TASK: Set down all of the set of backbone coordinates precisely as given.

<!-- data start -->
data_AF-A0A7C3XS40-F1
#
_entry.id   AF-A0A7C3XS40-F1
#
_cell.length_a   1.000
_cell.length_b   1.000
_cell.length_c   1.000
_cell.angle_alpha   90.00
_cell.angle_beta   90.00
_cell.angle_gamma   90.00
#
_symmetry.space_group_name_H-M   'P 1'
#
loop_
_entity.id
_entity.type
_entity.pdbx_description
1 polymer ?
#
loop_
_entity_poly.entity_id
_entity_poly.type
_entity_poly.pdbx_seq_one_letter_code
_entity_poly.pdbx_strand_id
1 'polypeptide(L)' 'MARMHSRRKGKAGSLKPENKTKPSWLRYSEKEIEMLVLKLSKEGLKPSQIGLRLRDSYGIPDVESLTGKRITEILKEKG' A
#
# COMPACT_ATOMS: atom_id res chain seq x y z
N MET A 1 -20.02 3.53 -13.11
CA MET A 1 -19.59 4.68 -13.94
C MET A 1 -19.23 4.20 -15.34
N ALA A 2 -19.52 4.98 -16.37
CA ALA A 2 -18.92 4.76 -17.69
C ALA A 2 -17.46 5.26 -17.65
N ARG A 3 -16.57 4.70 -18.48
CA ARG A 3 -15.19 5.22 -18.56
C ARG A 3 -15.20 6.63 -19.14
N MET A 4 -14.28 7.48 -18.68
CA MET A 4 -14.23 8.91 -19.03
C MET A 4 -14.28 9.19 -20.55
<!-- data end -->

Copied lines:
data_AF-A0A7C3XS40-F1
#
_entry.id   AF-A0A7C3XS40-F1
#
_cell.length_a   1.000
_cell.length_b   1.000
_cell.length_c   1.000
_cell.angle_alpha   90.00
_cell.angle_beta   90.00
_cell.angle_gamma   90.00
#
_symmetry.space_group_name_H-M   'P 1'
#
loop_
_entity.id
_entity.type
_entity.pdbx_description
1 polymer ?
#
loop_
_entity_poly.entity_id
_entity_poly.type
_entity_poly.pdbx_seq_one_letter_code
_entity_poly.pdbx_strand_id
1 'polypeptide(L)' 'MARMHSRRKGKAGSLKPENKTKPSWLRYSEKEIEMLVLKLSKEGLKPSQIGLRLRDSYGIPDVESLTGKRITEILKEKG' A
#
# COMPACT_ATOMS: atom_id res chain seq x y z
N MET A 1 -20.02 3.53 -13.11
CA MET A 1 -19.59 4.68 -13.94
C MET A 1 -19.23 4.20 -15.34
N ALA A 2 -19.52 4.98 -16.37
CA ALA A 2 -18.92 4.76 -17.69
C ALA A 2 -17.46 5.26 -17.65
N ARG A 3 -16.57 4.70 -18.48
CA ARG A 3 -15.19 5.22 -18.56
C ARG A 3 -15.20 6.63 -19.14
N MET A 4 -14.28 7.48 -18.68
CA MET A 4 -14.23 8.91 -19.03
C MET A 4 -14.28 9.19 -20.55